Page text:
Social Media, Causes, Politics & Millennials: How Online Cause Engagement Changes in an Election Year

The 2016 Millennial Impact Report investigates how millennials’ cause engagement behaviors may change during an election year, and how these changes may be influenced by important demographics such as their political party affiliation and/or their political ideologies, geographical location, age and race/ethnicity or by the emerging candidates for election. This study also examines millennials’ interest and activation in specific causes that may be differentiated by their support of a particular political party.

The changing landscape in the U.S. brought on by a presidential election year drove Achieve, the research team behind The Millennial Impact Project, to seek how—or if—this generation’s philanthropic interests and involvement change with it, including how these changes may be influenced by important demographics such as their political ideologies, gender, age and more.

We know through years of research within The Millennial Impact Project that millennials value cause work (any activities that are philanthropic in nature) and are engaged with causes. We also know that millennials are highly involved with social media, as indicated by other sources and compared to other generations. Research from Pew, for example, shows that 82 percent of adult internet users aged 18-29 have a Facebook account, compared to 79 percent and 64 percent of adults aged 30-49 and 50-64, respectively. Instagram and Twitter for millennials also outpace that of other generations, as 55 percent of adult internet users aged 18-29 have an Instagram account (compared to 28% and 11% of those aged 30-49 and 50-64, respectively) and 32 percent have a Twitter account (compared to 29% and 13% of those aged 30-49 and 50-64, respectively).

But how do millennials use social media to engage with the social issues they care about, specifically during a presidential election year? Wave 1 (March to May; n= 350 each month and n= 1,050 total for the wave) of the 2016 Millennial Impact Report indicated that the majority of millennial respondents had posted on social media about the issues they care about in the past week.

Nearly two-thirds (61%) of respondents indicated they had posted on social media (whether creating their own post or engaging in another’s post through comments, retweets, etc.) at least once in the past week. Of those who had posted in the past week, the most respondents had posted 1-3 times (31%).

Respondents of the March survey indicated slightly more social media engagement than those of the April survey, as 66 percent posted at least once in the past week in March versus 61 percent in April.  This downward trend continued in May, as only 57 percent reported social media engagement in the week prior to taking the survey.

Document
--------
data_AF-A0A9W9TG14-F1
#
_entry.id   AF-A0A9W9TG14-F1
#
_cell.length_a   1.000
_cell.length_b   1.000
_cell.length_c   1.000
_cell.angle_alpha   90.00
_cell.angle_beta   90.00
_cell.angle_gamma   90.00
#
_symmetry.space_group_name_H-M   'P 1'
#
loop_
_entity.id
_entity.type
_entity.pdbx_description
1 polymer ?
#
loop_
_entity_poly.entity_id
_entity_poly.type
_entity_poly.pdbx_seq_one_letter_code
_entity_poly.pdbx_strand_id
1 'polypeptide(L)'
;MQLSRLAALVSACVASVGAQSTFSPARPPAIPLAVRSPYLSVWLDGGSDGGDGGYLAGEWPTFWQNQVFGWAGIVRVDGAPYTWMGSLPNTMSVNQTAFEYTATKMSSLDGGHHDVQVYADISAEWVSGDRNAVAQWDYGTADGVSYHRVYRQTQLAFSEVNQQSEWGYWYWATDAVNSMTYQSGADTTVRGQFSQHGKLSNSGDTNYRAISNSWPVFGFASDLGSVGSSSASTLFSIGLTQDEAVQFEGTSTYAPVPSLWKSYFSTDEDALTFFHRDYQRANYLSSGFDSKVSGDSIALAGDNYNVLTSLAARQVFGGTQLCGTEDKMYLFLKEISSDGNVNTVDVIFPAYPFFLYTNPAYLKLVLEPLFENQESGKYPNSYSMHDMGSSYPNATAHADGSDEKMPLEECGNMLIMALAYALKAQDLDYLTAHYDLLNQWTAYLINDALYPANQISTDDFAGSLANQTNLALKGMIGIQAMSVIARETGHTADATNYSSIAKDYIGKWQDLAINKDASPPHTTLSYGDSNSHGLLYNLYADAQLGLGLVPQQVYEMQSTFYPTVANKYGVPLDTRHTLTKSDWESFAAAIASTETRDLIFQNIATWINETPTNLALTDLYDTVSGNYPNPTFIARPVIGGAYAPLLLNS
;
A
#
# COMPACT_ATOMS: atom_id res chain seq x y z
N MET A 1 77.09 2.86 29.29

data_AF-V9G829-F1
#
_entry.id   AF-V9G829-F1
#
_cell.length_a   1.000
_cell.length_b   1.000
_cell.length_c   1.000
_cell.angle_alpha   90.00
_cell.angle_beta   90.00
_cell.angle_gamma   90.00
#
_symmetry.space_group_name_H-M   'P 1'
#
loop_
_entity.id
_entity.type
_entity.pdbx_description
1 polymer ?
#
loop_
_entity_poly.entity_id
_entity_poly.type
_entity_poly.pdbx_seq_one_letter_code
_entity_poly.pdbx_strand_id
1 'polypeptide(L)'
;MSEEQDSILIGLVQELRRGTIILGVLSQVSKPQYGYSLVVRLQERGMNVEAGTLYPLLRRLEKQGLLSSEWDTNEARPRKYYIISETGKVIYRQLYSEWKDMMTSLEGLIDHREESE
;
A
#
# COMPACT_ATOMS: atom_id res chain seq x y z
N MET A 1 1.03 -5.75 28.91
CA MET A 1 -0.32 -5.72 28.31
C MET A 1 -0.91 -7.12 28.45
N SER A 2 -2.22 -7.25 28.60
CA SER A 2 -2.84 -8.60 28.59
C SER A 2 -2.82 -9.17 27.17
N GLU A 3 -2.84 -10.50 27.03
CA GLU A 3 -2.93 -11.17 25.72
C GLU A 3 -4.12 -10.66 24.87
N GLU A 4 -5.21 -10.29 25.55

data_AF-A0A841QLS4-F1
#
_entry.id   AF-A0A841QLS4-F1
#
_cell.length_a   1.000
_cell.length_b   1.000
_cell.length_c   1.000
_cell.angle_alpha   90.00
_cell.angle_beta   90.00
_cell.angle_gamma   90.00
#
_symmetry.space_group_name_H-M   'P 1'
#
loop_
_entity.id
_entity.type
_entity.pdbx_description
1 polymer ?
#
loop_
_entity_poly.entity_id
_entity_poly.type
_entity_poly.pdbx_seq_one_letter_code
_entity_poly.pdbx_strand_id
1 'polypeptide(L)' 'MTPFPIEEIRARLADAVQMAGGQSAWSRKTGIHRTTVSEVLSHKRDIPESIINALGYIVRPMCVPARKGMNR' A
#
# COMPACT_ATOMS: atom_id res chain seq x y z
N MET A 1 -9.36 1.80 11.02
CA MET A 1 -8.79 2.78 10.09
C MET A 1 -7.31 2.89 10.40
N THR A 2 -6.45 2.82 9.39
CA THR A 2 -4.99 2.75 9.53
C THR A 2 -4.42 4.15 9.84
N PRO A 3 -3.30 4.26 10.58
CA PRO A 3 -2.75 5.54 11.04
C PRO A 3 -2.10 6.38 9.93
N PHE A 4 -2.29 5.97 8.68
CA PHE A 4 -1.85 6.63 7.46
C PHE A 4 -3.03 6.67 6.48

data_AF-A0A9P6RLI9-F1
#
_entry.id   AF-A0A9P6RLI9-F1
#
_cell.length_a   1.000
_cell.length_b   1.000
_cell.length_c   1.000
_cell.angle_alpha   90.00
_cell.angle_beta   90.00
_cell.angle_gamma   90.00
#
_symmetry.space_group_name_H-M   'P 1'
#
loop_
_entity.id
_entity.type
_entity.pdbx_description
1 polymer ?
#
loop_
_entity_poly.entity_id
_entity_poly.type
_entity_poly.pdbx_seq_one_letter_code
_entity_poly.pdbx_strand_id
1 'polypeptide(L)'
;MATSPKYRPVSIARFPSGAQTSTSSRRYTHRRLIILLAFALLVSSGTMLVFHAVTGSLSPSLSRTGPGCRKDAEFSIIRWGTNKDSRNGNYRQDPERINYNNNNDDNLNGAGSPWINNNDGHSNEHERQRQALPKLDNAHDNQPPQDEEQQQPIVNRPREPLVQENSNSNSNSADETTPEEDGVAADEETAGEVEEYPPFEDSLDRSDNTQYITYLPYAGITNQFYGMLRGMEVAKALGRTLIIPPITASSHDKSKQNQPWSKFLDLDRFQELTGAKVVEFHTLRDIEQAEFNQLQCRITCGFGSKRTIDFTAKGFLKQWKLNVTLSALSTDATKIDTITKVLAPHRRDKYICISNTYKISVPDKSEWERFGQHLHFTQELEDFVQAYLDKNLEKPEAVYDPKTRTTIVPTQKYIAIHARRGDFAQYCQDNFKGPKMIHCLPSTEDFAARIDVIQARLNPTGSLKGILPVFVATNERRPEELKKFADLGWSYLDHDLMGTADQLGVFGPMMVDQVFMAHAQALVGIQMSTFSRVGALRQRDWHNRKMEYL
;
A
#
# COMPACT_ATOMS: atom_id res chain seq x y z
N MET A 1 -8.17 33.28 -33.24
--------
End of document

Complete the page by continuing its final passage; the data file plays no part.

Facebook was by far the most popular social media platform respondents used to post about or engage with social issues online, as indicated by 88 percent of millennials. Twitter ranked second for social issue engagement on social media (56%), followed by Instagram (49%) and YouTube (41%). Snapchat and Google+ were used by about a quarter of respondents (at 28% and 27%, respectively).

Social Media Engagement by Gender

By gender, male respondents reported using social media to post about and/or engage with issues they’re most interested in more than females. Nearly three-fourths (71%) of male millennials respondents had posted on social media about issues at least once in the previous week, compared to 51 percent of female millennials. Female respondents, however, were slightly more likely to have posted on Facebook than were males—a trend that is in line with other data sources, which show that in general, more women have Facebook accounts than men (77% versus 66%, respectively).

Social Media Engagement by Political Ideology

By political ideology, Wave 1 found that more conservative-leaning millennial respondents had used social media to post about and/or engage with issues they’re most interested in than liberals in the week prior to the survey being taken. Sixty-six percent of conservative respondents reported posting at least once on social media in previous week, compared to 59 percent of liberal respondents. Conservative respondents also reported more activity on individual social media platforms.

What’s Next?

Through November, Achieve is surveying a unique sample of 350 millennials on a monthly basis to continue tracking their perceptions and behaviors related to cause engagement and politics as Election Day draws nearer. Following all quantitative surveys, Achieve will work to validate findings with qualitative interviews.

The trends that emerged in Wave 1 related to cause engagement via social media specifically give rise to a number of thoughts and questions, such as: In what ways are millennials using social media during this election season? As the election season advances, will the gap between male and female millennials’ social media use decrease? Why are more conservative-leaning millennials more active on social media than liberal-leaning millennials?

Keep up with Achieve’s study on millennials and their engagement with causes and politics during a presidential election year throughout 2016 at, and look for the full results and findings of the study after Election Day.

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